some kind of humanitarian corridors. So,
uh, but it has always been, uh, a a challenge.
Uh, when it comes to vaccination, yes.
We have been, uh, very able to successfully secure,
uh, as I said, uh, cholera vaccine, uh, or oral cholera vaccine. Uh uh,
Last year and we have been able to vaccinate a
little bit more than 5 million people. This was actually
the largest. Uh uh uh,
cholera vaccination campaign. Uh, ever,
uh, out of those, many have been benefited to Children.
Uh, we have been, uh
uh just in. Uh uh. In a week, we will be starting actually
all the 26 provinces of DRC against polio.
As you know, DRC, we have a This is particular to DRC because
we are the only country with all the
three types of polio.
Both type one type two and type two that has
been discovered last year in one of our provinces called
Uh, in terms of measles, measles has been, uh,
we have a worse outbreak since 2017. As I said,
uh, the target of what we have actually
are targeted in terms of vaccination
and also, uh, a
curative care, Uh, is really among Children.
So we have been able, uh, of, of course, case fatality has been higher in, uh,
in Children due to
many other underlying conditions such as, uh, malnutrition and others.
But we have been able to vaccinate,
uh, many million people against measles, uh, last year. And this is, uh, to continue
because we have, uh,
a plan to roll out
a vaccination against measles in,
eight of our provinces also this year.
Thank you very much. ANAs
Pedrero, the French news agency. If
Yes. Hello. Good morning, everybody.
Um, you
you mentioned as well the anthrax. Um,
I don't know if it's
already epidemic
in DRC. And I wanted to to let you, you know, let us know.
Um, how much you a RE worried about it and And
what can you tell us about this kind of epidemic? How it develops? Thank you.
Yeah. Thank you. Thank you. Yes, the on track we have actually recorded cases.
We started recorded cases last year.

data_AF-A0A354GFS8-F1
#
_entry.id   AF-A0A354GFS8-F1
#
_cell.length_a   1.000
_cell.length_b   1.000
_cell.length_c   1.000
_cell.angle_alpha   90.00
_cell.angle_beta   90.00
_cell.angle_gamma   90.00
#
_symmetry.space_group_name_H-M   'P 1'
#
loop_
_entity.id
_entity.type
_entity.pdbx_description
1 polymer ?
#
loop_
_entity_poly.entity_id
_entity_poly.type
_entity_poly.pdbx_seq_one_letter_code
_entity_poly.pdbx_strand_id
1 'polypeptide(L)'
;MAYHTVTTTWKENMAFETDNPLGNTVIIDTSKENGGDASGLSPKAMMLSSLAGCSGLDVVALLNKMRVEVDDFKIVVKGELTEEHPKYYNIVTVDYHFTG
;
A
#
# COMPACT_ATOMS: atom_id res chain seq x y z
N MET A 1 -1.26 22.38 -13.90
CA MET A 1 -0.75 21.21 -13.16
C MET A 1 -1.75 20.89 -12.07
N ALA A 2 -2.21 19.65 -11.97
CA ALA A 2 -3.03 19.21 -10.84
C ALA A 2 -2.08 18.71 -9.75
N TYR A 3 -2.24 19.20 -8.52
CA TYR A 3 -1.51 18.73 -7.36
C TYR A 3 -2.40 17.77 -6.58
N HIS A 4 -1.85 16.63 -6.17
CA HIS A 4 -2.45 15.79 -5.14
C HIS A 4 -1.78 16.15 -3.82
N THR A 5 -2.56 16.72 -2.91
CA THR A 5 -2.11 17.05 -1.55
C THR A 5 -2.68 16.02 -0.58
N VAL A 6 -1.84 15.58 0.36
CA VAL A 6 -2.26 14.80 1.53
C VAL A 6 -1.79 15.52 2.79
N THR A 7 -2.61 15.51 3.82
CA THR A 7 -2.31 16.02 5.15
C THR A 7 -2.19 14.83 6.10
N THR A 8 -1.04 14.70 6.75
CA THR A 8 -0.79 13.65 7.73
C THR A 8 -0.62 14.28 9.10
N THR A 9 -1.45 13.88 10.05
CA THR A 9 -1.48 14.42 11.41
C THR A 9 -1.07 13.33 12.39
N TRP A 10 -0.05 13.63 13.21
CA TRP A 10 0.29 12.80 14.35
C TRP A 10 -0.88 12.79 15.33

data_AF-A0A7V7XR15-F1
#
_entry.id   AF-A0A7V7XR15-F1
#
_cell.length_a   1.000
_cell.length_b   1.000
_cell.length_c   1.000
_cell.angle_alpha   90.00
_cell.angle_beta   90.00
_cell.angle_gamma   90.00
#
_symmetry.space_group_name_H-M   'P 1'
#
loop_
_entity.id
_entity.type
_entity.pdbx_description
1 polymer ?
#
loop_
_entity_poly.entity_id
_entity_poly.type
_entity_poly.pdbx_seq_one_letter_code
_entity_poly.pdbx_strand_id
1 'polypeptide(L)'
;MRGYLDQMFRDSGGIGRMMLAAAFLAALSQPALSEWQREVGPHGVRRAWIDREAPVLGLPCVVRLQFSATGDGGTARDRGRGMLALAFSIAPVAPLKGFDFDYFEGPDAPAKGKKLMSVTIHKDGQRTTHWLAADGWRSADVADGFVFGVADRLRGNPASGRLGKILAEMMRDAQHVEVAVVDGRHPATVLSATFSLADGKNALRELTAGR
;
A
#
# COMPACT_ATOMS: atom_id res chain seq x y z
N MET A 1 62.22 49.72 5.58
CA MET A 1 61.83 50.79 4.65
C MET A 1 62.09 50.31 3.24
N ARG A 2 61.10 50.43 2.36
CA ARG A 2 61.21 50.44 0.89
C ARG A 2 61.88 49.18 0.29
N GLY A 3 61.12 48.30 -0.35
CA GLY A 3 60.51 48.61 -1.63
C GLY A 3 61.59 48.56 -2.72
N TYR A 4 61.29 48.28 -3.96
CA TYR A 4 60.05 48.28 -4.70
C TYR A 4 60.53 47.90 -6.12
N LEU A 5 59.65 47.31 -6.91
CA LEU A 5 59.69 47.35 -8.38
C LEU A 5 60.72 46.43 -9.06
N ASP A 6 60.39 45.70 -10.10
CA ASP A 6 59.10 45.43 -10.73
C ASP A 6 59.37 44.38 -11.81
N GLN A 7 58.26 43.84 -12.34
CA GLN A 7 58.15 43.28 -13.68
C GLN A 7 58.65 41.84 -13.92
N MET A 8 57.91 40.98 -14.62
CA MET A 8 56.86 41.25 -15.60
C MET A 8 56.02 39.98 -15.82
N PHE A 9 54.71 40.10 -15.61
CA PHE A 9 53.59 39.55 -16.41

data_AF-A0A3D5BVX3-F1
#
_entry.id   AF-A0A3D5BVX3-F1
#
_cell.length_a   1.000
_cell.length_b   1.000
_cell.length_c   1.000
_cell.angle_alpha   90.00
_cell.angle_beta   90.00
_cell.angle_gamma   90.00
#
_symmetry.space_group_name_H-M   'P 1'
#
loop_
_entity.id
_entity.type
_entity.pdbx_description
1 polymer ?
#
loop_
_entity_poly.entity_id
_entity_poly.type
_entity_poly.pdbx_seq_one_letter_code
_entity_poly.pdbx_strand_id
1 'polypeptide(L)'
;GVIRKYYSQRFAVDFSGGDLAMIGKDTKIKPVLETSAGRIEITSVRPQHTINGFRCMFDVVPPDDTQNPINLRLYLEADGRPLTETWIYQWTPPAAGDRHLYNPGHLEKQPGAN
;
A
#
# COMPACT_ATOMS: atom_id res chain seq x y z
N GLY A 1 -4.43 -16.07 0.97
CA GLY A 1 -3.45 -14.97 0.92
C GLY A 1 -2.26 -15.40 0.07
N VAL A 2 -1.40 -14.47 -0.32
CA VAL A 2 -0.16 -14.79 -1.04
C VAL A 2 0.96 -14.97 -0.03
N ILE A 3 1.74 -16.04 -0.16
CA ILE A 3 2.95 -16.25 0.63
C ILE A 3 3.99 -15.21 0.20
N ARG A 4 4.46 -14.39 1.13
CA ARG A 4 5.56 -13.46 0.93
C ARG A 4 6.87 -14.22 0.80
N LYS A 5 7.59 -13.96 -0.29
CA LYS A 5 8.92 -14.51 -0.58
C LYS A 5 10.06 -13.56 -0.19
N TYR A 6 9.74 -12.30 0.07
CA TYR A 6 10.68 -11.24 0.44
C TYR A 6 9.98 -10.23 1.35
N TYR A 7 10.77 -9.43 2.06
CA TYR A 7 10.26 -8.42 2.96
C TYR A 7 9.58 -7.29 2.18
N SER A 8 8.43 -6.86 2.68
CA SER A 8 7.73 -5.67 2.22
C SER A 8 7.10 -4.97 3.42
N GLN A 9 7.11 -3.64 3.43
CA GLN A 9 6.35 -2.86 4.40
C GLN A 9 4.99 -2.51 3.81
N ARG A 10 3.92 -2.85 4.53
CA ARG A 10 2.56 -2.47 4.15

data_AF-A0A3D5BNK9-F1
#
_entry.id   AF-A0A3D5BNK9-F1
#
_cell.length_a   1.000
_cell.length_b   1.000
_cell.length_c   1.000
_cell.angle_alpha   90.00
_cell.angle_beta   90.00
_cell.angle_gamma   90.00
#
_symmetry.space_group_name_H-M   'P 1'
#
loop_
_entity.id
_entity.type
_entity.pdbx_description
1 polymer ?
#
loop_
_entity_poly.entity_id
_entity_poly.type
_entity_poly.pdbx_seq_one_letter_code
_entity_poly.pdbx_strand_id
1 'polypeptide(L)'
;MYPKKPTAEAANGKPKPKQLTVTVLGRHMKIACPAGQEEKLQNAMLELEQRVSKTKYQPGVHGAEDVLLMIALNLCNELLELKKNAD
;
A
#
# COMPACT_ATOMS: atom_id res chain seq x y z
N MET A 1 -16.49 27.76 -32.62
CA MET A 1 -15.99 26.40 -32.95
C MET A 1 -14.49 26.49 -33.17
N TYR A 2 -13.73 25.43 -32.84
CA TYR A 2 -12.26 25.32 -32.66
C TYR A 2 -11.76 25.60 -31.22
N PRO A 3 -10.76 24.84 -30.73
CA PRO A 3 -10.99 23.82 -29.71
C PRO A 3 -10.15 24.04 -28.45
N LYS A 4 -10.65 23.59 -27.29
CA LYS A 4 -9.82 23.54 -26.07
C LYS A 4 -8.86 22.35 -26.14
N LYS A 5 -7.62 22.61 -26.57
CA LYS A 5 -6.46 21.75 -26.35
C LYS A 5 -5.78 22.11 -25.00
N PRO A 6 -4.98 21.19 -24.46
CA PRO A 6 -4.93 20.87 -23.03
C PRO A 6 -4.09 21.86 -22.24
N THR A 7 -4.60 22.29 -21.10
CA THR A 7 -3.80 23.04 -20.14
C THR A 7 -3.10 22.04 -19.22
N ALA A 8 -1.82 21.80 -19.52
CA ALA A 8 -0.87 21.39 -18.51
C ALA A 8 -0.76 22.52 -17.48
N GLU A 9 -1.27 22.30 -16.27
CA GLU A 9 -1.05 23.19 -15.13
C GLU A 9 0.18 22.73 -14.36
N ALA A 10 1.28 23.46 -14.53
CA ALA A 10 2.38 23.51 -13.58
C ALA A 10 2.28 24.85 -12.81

Uh, last year, Uh,
from all the week what we call from week one to week 52
we had actually 20 suspected cases of anthrax
with four deaths.
And from, uh, week one to week 10 of this year alone,
we have 16 cases, and, uh, so far, three deaths.
like the 1st 10,
weeks of this year, we have
the oval,
of every all the cases we have recorded in 2023 and this is a worrisome to us.
This is happening also
in the northeastern part of the country.
So we have been able to,
uh, do, uh, actually a thorough epidemiological, uh,
the investigations and try to
have this contained
in the places where, uh, it's, uh it's right. Now,
unfortunately, it's happening in places where,
uh, the security is under a challenge and an issue.
Uh, but so far, uh, we won't say it's under control, but, uh, at least, uh,
when it comes to, uh, surveillance issues, we actually have been able to,
uh, have all the cases and, uh, trace all the contacts, and, uh,
have it actually contained,
uh, where it started in the north north eastern part of DRC. This is mainly,
uh, in North Kivu and Uwe.
Yes. And in which conditions, uh, does this, um, anthrax develop itself,
and And what are the risks for? For the health in terms of mortality?
Yes. When I said in 2020
2023. We had 20 cases and for death, You know, if you